Text and Photo by Henrylito D. Tacio
If someone tells you that you have to stay home throughout the day and if you have to leave your house, you have to wear a face mask, you will definitely dismiss it as something out of this world.
Now, if you are out in public places, you have to keep yourself away from other people. And if ever you touch something, you have to wash your hands with soap and water or splash your hands with alcohol.
That seems like something out of a Hollywood movie. It’s a kind of film that will happen in the future. But the future is here. It happened in 2020 when the dreaded coronavirus disease 2019 (COVID-19) came to the Philippines.
Just like the rest of the world, quarantine became the norm. Those who were infected with the novel coronavirus – called severe acute respiratory syndrome coronavirus 2 (SARS-CoV-2), as it is a distant cousin of a viral respiratory disease that was first reported in 2003 – either live (but has to be quarantined for 14 days) or die (and has to be cremated immediately).
Indeed, no one – not even the clairvoyants – expects that COVID-19 will completely change the way people live. Now that cases are going down, the country is starting to open its doors for people to come. And that includes Davao City, the country’s largest city in terms of land area.
Maya Padillo, EDGE’s Davao roving reporter, wrote that the regional office of the Department of Tourism (DOT) is already “eyeing to increase tourist arrivals by 10% this year.”
Tanya Rabat-Tan, DOT regional director, based the target increase on the 1.3 million arrivals last year.
“Tan reported that in 2019, the region recorded 5.2 million tourist arrivals, which was reduced by 70 percent in 2020 with 1.4 million tourist arrivals and reduced once again in 2021 with 1.3 million tourist arrivals,” wrote Padillo.
Davao City, the home of current president Rodrigo R. Duterte and vice-presidential aspirant Sara Duterte-Carpio, is celebrating its Araw ng Dabaw on March 1. The hotel industry is expecting people to come but is Davao now ready for the influx of people from other parts of the country and those from abroad?
“Yes, we are ready,” said Ken Kapulong, SEDA general manager. “One-hundred percent of our employees are fully vaccinated and only a handful are waiting for their booster shots to be administered.”
According to him, the hotel is still following the minimum public health standards set by the government. “On top of that, we have instituted our SafeAtSeda program of cleaning and disinfection,” he said. “We partnered with Diversey Philippines for this initiative to elevate our standards of disinfection.”
Armando Mortejo, general manager at De’Amore Massage and Spa and managing director of ARM Skills Management and Consultancy Services, echoed the same concern. “We are ready but still we have to fight the disease. Embracing the new normal is quite difficult due to unforeseen conditions of the virus,” he said.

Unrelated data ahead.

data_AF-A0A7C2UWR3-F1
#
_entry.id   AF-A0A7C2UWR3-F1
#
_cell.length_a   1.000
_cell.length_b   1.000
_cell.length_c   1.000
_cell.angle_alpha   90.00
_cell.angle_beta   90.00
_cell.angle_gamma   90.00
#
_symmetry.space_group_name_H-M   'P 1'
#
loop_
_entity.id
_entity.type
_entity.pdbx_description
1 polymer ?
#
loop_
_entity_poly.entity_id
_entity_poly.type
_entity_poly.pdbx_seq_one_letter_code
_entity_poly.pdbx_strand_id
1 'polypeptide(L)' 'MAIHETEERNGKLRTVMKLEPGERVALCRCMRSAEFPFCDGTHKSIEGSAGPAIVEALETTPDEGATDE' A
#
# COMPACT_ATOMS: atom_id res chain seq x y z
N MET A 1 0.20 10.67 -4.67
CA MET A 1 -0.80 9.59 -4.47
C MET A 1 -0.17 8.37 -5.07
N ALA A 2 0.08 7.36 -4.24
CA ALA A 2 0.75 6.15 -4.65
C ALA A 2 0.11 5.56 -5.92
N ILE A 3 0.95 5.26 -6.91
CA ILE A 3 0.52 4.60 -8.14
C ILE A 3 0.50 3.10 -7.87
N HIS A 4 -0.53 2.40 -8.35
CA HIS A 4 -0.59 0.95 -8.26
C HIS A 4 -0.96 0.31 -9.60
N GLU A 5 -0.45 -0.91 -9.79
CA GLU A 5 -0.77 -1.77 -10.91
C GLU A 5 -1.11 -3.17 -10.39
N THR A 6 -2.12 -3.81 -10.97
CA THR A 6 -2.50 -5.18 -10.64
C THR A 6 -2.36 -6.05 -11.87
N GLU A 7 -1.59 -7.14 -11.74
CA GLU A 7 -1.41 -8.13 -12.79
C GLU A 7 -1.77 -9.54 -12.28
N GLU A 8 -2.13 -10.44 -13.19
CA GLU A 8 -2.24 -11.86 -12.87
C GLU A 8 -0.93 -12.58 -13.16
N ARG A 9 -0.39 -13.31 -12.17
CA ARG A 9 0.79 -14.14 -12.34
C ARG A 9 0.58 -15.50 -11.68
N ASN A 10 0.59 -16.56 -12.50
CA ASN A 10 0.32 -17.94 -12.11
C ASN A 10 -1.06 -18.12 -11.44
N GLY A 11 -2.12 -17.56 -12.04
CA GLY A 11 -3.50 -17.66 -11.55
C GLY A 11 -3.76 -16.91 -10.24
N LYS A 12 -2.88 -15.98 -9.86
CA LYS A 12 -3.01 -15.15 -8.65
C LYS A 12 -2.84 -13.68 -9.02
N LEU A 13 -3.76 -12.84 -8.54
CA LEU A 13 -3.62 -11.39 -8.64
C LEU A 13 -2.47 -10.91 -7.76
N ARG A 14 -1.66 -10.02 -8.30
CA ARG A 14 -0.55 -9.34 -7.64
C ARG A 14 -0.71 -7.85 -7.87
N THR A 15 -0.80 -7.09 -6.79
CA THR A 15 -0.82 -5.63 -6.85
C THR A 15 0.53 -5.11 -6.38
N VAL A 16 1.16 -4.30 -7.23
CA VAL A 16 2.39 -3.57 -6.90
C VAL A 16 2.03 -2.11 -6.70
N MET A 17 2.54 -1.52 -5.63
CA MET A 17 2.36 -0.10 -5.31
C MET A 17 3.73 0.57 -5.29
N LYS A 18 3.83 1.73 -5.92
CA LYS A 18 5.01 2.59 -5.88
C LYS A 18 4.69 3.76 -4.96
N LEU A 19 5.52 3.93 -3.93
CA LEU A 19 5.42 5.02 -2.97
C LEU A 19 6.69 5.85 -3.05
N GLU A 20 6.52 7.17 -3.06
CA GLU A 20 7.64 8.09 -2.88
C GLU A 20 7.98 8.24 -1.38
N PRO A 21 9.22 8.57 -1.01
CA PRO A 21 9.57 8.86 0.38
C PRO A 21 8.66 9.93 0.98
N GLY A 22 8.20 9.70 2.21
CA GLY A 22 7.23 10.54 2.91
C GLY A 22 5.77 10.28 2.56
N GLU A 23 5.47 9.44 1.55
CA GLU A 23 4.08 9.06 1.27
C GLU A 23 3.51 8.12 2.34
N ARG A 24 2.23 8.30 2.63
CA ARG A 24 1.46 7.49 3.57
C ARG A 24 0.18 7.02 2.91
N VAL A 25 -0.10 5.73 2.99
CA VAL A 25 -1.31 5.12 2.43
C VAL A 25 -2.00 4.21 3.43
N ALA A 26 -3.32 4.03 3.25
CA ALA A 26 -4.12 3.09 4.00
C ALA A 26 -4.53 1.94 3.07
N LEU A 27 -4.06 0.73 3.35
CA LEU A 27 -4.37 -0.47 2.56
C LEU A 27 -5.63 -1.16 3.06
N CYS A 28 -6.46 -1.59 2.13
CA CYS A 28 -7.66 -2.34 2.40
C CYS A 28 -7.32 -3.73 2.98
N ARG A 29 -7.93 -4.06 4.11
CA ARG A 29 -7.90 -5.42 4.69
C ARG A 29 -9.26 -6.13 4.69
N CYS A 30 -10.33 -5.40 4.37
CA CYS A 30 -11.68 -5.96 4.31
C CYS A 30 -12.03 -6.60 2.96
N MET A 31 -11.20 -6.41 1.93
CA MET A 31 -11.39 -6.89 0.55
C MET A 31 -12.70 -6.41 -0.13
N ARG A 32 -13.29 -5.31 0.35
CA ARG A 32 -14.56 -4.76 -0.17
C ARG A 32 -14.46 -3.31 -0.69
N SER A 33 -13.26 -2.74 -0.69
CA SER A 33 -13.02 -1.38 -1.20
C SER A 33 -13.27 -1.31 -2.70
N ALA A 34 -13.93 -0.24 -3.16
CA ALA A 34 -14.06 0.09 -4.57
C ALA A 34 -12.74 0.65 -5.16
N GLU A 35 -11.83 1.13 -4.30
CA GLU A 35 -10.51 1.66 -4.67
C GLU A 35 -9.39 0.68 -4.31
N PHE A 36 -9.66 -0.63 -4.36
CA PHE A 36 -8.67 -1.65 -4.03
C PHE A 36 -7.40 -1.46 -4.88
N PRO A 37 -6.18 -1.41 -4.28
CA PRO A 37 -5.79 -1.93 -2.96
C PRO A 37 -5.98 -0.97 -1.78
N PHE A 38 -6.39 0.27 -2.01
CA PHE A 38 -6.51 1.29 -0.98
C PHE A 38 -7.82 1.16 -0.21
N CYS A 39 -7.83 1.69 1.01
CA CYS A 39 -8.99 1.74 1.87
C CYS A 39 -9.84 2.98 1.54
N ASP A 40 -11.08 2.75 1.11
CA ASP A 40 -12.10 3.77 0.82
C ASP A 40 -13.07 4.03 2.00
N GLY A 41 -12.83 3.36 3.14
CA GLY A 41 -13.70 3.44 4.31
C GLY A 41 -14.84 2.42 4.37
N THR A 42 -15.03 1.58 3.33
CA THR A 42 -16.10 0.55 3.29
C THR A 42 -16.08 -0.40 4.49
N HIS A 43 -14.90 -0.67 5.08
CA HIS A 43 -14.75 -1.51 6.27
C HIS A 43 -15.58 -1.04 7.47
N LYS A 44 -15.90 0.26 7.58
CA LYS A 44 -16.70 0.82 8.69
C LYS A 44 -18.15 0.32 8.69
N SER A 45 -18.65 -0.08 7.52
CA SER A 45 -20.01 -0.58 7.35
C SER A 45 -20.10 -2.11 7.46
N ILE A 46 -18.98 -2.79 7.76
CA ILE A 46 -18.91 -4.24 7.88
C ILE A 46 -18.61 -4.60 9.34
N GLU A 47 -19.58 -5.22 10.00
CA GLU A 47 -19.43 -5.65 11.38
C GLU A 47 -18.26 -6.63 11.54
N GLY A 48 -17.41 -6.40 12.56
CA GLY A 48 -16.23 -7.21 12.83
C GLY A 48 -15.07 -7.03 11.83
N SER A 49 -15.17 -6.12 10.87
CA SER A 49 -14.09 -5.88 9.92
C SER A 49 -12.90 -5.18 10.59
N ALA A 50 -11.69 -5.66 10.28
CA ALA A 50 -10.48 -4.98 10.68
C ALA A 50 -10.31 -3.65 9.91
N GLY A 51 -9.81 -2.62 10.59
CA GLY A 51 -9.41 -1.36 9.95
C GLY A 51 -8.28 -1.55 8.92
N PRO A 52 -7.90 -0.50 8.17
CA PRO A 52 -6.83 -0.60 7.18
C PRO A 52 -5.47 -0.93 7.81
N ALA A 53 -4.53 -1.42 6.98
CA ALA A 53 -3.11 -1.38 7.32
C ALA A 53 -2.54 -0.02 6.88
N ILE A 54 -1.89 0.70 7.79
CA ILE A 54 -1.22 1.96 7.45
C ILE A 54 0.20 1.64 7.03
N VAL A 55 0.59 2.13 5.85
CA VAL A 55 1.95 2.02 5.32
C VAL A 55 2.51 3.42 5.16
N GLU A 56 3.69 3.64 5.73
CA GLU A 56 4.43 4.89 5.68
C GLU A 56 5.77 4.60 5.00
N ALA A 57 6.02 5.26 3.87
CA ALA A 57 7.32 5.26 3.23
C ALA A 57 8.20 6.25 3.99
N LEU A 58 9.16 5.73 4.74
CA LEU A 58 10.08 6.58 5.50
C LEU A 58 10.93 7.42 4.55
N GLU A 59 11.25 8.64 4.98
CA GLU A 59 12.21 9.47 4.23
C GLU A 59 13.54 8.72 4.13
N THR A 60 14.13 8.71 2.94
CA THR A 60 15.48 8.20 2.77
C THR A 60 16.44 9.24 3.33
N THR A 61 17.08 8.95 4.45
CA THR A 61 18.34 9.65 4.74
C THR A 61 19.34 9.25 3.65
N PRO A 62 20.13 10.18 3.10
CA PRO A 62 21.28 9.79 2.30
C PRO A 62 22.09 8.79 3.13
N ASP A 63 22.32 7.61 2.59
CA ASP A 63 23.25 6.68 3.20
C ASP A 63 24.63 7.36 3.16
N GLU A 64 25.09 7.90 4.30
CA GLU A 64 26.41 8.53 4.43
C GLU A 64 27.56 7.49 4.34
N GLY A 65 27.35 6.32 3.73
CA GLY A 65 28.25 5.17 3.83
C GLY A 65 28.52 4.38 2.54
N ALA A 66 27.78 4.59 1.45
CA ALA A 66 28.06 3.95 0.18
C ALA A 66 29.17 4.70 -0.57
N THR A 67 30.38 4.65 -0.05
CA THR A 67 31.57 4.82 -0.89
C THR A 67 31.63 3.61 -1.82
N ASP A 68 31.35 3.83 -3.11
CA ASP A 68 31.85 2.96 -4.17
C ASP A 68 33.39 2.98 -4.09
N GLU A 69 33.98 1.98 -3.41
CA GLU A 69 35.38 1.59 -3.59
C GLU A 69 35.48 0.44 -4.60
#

When asked about the health protocols that need to be observed, he said that proper disposal of wastes like face masks must never be neglected. “Cleanliness is our utmost and highest priority,” he added.
Even before the government eased the restrictions, Waterfront Insular Hotel was already preparing. “We’ve had two years to prepare for when the government would ease the restrictions, so I’d say we’re more than ready and are looking forward to serving more guests in the coming months,” said Wilfredo Paolo M. Rosello, the hotel’s marketing communications officer.
While some hotels in Davao closed due to the health crisis, Waterfront continued its business. It came up with some strategies to entice people. “Given the need of people to unwind in a safe public space, we launched our Waterfront Picnics in our garden area,” Rosello said.
Those who want to stay at the hotel are assured that they are very safe. “We have intensified our safety and sanitation measures, especially in our rooms, to make sure that our guests have the best experience,” Rosello said.
In fact, before you can check in, your body temperature has to be checked first. There are alcohols in some places of the hotel that guests can readily use for hand sanitizing. Even inside the rooms, guests get to read the information posted in the mirror about the health protocols that need to be observed.
Now going back to the pandemic. “The pandemic has caused so much negative impact to the (hotel) industry,” Kapulong admitted. “Aside from the health risks of hoteliers at the front line, the major impact was to the status of employment of workers in the industry.
“The crisis has also brought about major changes in the customer behavior,” he added. “The hotel industry must evolve fast to address those needs.”
Waterfront was also affected by the pandemic. “It affected our hotel greatly especially in terms of the number of guests that were coming in,” said Rosello. “We weren’t getting as much revenue so we had to make adjustments such as going into a skeletal schedule for our staff and budget cuts.”
Regarding future plans, Kapulong shared: “We shall focus on employee training and development and employee engagement. They are the core of this business; hence the focus is on them.”
Mortejo has this future plan: “If the market becomes stable already and the spending of consumers goes high, then we can start expanding our business, which we had been planning before the pandemic happened.”
Rosello said of Waterfront’s future plans: “The plan is to keep moving forward and learn to live with the virus. We’ll continue to follow the protocols, observe proper sanitation and support the government’s efforts in dwindling down the number of cases, all while offering exceptional service to our guests.”